(AP Photo/Evan Vucci, Pool)
(AP Photo/Evan Vucci, Pool)

The President's call to pause for diplomacy on Syria's chemical weapons is getting mixed reviews in a Congress that was already divided on possible use of force.

FOX News Radio's Jared Halpern reports from Capitol Hill:

A diplomatic solution is being met with some hopeful signs here.

(Sherman) "I think what the Russians have proposed may turn out to be the best thing to come out of Russia since vodka."

California Democrat Brad Sherman.

Many lawmakers, however, express skepticism Russia will make good, and House Intelligence Committee Chairman Republican Mike Rogers says he was hoping to hear a more forceful message from the President.

(Rogers) "He should have come out, acted as Commander-in-Chief and said listen, we have a moral obligation to act on chemical weapons."

For the time being, any vote on authorizing military force, is on hold.

On Capitol Hill, Jared Halpern, FOX News Radio.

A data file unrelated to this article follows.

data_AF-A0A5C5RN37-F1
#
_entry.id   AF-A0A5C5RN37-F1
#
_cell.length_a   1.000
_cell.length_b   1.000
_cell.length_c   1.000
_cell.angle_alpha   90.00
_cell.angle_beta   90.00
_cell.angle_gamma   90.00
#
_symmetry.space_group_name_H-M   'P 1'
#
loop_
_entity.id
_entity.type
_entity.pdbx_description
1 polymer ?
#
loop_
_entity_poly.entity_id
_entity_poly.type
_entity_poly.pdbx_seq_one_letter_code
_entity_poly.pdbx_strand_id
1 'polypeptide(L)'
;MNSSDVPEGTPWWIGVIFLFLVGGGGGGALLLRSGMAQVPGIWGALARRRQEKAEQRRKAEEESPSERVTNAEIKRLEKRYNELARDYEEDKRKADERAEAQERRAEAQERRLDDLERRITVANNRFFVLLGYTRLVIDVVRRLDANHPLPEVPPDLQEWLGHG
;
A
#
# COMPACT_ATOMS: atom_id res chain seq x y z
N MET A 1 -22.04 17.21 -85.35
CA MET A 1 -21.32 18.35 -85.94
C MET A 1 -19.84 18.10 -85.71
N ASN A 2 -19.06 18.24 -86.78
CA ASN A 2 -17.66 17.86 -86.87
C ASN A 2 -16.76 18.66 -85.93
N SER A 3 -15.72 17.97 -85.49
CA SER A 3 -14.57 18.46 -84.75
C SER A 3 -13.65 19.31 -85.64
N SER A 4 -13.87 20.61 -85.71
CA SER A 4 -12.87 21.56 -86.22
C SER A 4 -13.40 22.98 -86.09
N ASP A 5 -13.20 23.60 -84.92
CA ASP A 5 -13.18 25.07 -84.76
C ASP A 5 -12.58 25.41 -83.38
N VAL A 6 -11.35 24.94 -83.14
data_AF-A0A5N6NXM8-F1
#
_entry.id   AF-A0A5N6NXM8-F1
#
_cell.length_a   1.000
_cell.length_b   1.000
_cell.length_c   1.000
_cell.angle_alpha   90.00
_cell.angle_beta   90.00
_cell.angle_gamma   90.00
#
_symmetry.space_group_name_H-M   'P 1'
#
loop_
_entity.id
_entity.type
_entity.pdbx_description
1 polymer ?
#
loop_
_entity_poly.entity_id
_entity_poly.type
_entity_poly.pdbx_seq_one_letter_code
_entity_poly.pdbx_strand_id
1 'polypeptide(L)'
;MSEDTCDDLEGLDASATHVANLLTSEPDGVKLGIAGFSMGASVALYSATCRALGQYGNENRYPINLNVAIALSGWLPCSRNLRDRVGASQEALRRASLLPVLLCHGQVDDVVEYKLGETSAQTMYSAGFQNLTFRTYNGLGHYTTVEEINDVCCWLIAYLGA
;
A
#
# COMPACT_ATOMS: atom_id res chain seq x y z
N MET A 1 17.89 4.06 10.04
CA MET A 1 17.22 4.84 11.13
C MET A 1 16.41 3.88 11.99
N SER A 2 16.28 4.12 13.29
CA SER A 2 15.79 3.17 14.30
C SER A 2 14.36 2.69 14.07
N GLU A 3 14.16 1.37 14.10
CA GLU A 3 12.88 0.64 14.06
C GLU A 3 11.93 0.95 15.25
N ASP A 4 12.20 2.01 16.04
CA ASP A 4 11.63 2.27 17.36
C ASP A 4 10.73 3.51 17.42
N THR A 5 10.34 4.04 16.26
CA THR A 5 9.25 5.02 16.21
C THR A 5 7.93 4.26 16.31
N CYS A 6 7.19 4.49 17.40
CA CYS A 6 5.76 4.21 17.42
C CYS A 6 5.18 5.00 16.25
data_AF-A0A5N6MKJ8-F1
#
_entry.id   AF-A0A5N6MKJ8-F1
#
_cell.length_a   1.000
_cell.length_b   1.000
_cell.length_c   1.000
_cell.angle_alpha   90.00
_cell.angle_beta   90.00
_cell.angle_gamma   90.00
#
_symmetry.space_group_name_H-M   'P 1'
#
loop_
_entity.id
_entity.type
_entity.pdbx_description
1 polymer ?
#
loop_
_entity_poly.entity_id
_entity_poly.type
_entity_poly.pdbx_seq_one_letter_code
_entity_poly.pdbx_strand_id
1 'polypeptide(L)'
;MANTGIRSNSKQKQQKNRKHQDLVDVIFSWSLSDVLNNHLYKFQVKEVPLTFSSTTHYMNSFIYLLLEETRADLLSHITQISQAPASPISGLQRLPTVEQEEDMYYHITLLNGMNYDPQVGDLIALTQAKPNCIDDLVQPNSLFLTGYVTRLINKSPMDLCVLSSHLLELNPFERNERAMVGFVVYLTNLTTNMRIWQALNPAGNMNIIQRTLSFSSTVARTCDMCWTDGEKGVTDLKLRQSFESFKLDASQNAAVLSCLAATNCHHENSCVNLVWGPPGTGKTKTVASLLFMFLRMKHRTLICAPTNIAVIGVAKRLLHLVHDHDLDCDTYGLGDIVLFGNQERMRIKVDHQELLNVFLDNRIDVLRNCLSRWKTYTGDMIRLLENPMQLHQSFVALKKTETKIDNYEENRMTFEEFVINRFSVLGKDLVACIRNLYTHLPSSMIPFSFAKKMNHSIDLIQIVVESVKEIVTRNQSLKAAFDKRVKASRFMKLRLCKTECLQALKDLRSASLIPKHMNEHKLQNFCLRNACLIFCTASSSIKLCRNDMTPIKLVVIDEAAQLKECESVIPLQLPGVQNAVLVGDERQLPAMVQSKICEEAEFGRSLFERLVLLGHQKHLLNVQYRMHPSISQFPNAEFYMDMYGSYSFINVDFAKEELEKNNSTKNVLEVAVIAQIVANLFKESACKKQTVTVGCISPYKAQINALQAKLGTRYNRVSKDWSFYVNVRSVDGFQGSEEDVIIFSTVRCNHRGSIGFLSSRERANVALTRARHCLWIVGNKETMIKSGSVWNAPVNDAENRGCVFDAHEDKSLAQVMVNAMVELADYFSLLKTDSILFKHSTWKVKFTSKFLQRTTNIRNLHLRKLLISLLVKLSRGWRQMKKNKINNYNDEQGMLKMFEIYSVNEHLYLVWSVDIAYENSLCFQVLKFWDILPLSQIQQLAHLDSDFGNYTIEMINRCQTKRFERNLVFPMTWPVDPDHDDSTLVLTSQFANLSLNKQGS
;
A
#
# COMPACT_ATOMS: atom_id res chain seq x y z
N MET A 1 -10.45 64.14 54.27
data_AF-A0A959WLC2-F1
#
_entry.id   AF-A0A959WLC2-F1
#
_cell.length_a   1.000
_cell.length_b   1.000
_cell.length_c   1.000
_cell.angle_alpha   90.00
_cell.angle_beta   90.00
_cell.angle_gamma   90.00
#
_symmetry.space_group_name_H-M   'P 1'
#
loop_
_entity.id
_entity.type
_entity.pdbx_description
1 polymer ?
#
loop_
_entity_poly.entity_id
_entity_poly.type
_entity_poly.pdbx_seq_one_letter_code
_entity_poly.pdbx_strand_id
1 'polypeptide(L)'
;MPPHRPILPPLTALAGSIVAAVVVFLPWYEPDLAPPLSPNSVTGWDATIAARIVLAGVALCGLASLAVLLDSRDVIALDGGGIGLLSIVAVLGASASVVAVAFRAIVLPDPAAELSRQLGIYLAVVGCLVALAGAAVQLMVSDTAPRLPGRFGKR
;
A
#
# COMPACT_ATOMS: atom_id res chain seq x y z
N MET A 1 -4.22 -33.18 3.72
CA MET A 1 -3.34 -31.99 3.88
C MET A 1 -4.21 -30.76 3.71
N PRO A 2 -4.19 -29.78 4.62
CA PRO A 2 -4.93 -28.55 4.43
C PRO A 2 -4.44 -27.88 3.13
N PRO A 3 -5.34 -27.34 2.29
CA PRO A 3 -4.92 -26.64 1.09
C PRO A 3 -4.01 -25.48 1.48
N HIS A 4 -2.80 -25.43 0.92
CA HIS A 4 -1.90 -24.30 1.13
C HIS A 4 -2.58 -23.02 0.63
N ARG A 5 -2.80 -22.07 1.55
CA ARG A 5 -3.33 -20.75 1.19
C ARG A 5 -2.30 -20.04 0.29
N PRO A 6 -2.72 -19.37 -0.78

CLICK HERE for more on the President's address on Syria Tuesday night.

(AP photo/RIA Novosti, Mikhail Klimentyev, Presidential Press service, File)
(AP photo/RIA Novosti, Mikhail Klimentyev, Presidential Press service, File)

However, the Russian plan to have Syria give up their chemical weapons may prove tough at the UN.

FOX News Radio's Simon Owen reports:

The U.S. and France want the UN Security Council to put pressure on Syria to stick to that handover proposal. They want the Council to sign a resolution promising severe consequences should Syria back out of any deal.

But there are suggestions Russia would veto anything like that -- saying Syria can't be expected to act with a gun pointed at its head. Russia is also opposed to any resolution which accuses Syria's government of launching chemical weapons attacks.

In London, Simon Owen, FOX News Radio.

(File Photo)
(File Photo)

Amid the debate about how to solve the Syrian chemical weapons crisis comes a UN report detailing atrocities in the Syrian civil war.

FOX News Radio's Emily Wither reports:

The U.N. commission investigating human rights abuses in Syria says the country is a battlefield where armed forces on both sides are getting away with large scale murder. The report finds that evidence confirms at least eight massacres have been carried out by President Assad's regime, but rebel forces have been behind one as well. Another nine suspected mass killings since March are also being investigated. Most of the information has been gathered from Syrian refugees escaping to neighboring countries.

Emily Wither, FOX News Radio.